F 2: Raised beds with, as it were, heating included were already around in the Middle Ages. Soil temperature in such a hot bed is up to 8 degrees Celsius or around 14 degrees Fahrenheit higher than in a ground-level bed. And even in medieval times, people took advantage of that. The plants grow more quickly, to a larger size, and can be harvested more often. In short: the yield is higher. It’s also important to align the hot beds properly for maximum exposure to sunlight. Hot beds are best placed lengthwise in an east-westerly direction, so the plants don’t shade each other while the sun is shining.
M 1: The posts are made of hard, durable timber, for example acacia or oak. The wickerwork, of flexible pollarded willow, is woven in between the posts. Then it's time for the filling. The bottom layer consists of branches and twigs, for example the prunings from fruit trees, which accumulate anyway. The gaps between branches are filled with soil. From about halfway up, alternate layers of soil and manure are added. As the manure rots down, the process ensures that the fill is not only especially rich in nutrients, but also generates heat.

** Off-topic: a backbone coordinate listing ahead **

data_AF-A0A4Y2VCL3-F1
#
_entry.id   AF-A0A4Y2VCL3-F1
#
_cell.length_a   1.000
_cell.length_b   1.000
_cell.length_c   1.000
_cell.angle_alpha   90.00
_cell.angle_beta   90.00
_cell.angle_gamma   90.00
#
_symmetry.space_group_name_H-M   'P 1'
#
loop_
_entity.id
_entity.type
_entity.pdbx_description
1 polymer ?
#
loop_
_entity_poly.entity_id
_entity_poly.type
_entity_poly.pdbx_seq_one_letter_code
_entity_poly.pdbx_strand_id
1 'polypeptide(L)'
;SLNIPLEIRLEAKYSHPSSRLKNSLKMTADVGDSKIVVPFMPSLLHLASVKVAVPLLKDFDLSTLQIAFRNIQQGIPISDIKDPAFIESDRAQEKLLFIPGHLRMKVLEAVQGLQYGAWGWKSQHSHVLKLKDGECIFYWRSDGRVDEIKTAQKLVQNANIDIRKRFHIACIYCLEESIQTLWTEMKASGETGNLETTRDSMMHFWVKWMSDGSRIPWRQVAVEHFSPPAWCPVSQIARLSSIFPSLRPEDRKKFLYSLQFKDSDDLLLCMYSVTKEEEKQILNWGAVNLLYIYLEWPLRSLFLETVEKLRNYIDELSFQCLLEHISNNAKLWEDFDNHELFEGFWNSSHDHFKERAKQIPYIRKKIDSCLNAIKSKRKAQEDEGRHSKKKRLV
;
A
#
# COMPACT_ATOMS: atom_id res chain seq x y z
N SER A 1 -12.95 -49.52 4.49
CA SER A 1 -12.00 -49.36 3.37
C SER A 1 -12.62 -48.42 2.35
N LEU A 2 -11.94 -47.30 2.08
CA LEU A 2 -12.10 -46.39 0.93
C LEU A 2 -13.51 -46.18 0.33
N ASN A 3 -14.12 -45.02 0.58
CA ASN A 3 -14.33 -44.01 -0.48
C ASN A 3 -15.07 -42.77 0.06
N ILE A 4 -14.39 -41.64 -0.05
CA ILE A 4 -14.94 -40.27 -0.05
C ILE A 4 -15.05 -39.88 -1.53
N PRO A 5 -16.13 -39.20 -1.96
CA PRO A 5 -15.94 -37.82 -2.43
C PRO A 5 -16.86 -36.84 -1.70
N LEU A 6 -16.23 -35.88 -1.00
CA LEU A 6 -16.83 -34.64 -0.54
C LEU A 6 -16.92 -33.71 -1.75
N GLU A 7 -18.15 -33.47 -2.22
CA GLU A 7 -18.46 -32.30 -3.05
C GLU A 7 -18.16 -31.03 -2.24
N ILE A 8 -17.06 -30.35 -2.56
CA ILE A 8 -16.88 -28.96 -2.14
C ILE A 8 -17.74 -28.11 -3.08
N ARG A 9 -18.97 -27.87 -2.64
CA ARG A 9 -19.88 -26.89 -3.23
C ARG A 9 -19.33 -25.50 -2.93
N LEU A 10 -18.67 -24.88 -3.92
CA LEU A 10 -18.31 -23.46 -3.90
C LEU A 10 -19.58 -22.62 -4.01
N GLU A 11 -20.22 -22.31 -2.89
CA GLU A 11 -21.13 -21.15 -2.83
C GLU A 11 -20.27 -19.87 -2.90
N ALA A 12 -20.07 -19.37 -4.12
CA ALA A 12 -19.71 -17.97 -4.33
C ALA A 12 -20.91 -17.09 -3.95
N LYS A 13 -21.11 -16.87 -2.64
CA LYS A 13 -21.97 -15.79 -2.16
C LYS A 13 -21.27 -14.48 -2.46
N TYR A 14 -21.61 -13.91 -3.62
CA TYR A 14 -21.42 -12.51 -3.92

After about 7 years, the fill of the hot bed has to be replaced, since the nutrients have been depleted. The wickerwork also has to be renewed from time to time. These days, hot beds have become very popular again – not just because plants grow so well in them, but also because the crops are easy to tend, and the beds themselves offer decorative options in garden design.
F 2: In the medieval monastery, on the other hand, the use of hot beds was mainly a way of ensuring that the canons had enough to eat. But to prevent confusion, each bed contained only a single type of plant. Only very few of the lay brothers would have been able to read.
Foto: © Stiftung Kloster Jerichow